Immediately before planting or harvest there are baseline measurements to be taken in each plot meaning tractors and planters must be carefully timed. Of course, equipment is also shared across the 333-acre research farm and poses the same availability challenges as the technicians. Once initial measurements are completed and the tractor and farm operations guys are ready to roll and plant, there is literal running to be done from plot to plot in the Weed Management project—guiding haybines and tractors with rollers and planters to the correct plots, and keeping the equipment working in straight lines within the plots. In the Soybean establishment experiment, changing of the types of planters on the tractor can often take longer than the planting itself.

Our Mennonite neighbors the Brubakers remove cover crop by haybine from our cover-crop-free plots.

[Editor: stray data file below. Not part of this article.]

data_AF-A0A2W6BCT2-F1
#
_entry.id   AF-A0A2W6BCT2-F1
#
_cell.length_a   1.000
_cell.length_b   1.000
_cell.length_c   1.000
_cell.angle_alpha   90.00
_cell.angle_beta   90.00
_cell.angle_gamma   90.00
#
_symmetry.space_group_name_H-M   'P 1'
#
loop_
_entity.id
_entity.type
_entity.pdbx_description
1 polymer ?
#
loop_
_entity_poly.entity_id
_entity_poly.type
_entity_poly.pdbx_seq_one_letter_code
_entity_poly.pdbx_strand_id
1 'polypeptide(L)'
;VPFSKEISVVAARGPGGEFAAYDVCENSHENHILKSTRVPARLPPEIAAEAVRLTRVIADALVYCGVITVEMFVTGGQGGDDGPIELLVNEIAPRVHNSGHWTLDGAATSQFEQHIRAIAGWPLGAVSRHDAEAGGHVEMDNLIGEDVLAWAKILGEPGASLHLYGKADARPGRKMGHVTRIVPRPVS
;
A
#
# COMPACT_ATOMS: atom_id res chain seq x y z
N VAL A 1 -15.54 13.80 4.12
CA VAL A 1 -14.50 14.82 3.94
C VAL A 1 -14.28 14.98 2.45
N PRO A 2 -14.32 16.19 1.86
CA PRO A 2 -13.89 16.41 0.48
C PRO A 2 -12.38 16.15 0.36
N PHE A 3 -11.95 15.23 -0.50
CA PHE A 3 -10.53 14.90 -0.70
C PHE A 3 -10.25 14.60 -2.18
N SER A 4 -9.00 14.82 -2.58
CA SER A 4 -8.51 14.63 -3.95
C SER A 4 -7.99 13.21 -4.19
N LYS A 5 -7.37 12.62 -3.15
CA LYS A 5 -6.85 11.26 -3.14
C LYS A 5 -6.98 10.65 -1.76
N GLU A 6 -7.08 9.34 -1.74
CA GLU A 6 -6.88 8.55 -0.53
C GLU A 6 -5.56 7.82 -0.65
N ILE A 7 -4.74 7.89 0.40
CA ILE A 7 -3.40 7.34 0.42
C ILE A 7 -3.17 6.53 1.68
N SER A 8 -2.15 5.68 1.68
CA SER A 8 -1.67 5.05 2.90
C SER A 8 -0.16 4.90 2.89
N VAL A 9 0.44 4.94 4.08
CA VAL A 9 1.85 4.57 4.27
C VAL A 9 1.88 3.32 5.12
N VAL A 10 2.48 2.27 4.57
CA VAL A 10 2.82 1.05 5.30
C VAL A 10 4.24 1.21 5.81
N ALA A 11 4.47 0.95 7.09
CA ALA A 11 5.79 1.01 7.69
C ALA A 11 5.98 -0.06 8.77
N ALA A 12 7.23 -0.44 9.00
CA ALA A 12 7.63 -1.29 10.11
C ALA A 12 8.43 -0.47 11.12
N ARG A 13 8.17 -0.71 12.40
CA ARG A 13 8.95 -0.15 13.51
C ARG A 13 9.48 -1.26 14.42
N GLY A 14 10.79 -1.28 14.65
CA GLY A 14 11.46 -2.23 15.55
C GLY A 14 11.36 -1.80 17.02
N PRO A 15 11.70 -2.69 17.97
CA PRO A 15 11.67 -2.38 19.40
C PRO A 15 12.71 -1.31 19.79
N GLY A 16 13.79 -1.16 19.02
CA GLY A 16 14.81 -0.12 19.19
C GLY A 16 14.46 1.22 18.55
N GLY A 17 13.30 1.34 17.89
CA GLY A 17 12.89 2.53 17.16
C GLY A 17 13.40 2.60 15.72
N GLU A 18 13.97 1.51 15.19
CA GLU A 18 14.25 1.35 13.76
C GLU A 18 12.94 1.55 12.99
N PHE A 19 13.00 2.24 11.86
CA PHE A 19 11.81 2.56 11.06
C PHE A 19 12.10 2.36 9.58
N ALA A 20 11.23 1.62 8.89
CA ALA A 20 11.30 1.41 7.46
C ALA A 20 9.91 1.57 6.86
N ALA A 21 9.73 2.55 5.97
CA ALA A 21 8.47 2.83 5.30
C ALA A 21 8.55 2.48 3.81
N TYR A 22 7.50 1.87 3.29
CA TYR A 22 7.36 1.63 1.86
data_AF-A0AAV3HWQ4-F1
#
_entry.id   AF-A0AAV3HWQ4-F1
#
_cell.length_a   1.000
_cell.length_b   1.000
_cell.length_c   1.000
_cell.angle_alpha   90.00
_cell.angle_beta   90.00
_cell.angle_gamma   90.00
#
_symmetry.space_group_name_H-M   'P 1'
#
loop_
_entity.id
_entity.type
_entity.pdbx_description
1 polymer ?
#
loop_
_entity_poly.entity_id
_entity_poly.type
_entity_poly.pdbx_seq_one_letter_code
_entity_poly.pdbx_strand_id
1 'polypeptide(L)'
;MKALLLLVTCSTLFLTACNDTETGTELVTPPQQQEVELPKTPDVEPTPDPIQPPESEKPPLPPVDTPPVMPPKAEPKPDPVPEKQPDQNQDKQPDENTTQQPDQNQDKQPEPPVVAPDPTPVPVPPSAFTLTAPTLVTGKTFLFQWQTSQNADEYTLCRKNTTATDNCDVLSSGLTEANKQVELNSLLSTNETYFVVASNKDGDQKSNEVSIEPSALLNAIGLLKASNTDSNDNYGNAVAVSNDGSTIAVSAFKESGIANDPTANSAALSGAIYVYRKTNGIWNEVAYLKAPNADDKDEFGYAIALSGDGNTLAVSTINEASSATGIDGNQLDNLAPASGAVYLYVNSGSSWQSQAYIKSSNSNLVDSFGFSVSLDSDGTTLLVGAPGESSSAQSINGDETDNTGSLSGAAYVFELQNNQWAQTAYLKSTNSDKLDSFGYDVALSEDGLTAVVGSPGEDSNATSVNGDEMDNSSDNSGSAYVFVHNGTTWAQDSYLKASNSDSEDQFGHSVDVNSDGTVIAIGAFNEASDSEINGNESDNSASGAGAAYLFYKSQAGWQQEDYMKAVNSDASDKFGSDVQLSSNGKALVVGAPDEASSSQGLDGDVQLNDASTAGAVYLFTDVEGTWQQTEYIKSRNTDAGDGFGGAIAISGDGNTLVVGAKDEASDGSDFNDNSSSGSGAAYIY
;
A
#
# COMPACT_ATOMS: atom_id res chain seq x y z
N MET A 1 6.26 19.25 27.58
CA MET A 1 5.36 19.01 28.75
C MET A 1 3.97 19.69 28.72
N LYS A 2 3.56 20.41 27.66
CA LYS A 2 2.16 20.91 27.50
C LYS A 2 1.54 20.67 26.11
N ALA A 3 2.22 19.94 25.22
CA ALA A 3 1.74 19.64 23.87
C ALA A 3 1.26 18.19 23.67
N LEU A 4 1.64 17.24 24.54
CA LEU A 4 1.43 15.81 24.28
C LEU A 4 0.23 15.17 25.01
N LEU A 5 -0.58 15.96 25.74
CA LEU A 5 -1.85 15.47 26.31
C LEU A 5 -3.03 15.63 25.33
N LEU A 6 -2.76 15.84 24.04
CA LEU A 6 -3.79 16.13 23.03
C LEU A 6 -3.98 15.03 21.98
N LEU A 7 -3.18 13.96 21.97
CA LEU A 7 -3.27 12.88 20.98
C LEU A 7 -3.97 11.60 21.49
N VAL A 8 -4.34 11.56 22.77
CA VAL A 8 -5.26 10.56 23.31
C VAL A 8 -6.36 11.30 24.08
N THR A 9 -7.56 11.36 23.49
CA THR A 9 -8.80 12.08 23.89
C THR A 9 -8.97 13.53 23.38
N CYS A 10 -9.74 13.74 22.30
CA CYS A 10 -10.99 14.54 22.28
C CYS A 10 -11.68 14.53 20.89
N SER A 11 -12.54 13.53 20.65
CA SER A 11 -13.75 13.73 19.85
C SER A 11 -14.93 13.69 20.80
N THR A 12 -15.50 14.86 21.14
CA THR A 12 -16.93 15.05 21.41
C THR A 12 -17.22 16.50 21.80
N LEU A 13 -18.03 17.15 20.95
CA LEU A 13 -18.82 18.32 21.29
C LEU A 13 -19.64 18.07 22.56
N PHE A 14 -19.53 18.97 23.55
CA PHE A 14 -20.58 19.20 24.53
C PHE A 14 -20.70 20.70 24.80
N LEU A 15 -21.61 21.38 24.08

This requires running in front of this huge machine and pointing them to the correct plots.

In addition to the measurements that directly follow planting and cultivation (moisture, temperature, penetration resistance and biomass), there are weekly counts of soybean emergence in 68 plots, and weekly hand-weeding in control plots. All this takes time, a lot of time. Having other research techs come to help is critical to getting it done, and not passing out in the summer sun.

Weather must also be accounted for and often complicates our experimental plans. Farming is a weather dependant activity—a tractor cannot plant when it is too wet (and this has been a wet spring!), too dry and seeds will not germinate. Seven weeks without rain earlier this summer was not easy on our crops either.